So, what in the world would have Kentucky fired up enough in 1859 to make a request of Canada via the federal government? Yep, you guessed it. It was slavery.
On December 19, 1859, in the wake of John Brown's raid, the Kentucky General Assembly passed a resolution that "strongly" urged "the treaty-making power of the government of the United States the necessity of so amending the tenth section of our treaty with Great Britain in regard to fugitives from justice, which was ratified in London, on the 13th day of October, 1842...so as to include in its provisions fugitives from service or labor, so held under the constitution and laws of the United States, or of either of the States."
But, why ask for an amendment of the treaty? Well, the resolution clearly explains why in its opening. "Whereas, The citizens of Kentucky have been for a series of years, and are still subjected to an annual loss involving hundreds of thousands of dollars, by the escape from this State of persons held to service or labor in the State...into the British possessions of North America." In other words, Kentucky was losing major money in slave property by their escape to Canada. The petitioners also explained that the treaty was also needed because "no treaty exists between the government of Great Britain and the United States for the reclamation and extradition of persons so escaping from labor or service."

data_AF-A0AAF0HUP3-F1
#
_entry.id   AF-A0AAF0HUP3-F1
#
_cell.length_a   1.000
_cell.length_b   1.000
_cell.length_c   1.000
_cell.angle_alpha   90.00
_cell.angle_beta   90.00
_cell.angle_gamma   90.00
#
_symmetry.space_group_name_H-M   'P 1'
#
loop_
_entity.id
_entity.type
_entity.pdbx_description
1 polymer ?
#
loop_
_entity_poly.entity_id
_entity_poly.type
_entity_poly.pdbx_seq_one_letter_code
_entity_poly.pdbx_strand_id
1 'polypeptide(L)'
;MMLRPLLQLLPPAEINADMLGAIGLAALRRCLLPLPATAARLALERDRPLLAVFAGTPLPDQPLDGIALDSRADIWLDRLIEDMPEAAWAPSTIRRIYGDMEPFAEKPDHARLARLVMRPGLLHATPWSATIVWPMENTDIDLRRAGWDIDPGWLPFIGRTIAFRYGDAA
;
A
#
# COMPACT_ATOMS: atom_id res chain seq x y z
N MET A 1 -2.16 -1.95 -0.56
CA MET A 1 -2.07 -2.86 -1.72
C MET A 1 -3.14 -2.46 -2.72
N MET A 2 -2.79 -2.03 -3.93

And, to power it home how necessary this measure was, the petitioners suggested "that the Governor [Beriah Magoffin] of this Commonwealth be requested to forward, under his official seal, a copy of the foregoing preamble and resolution to each of our Senators and Representatives in Congress, and a like copy to the President of the United States [James Buchannan]."
If the Kentucky legislature was concerned enough about the loss of slave property, worth "involving hundreds of thousands of dollars" to pass a resolution for their return, then one can safely assume that the number successfully fleeing was significant.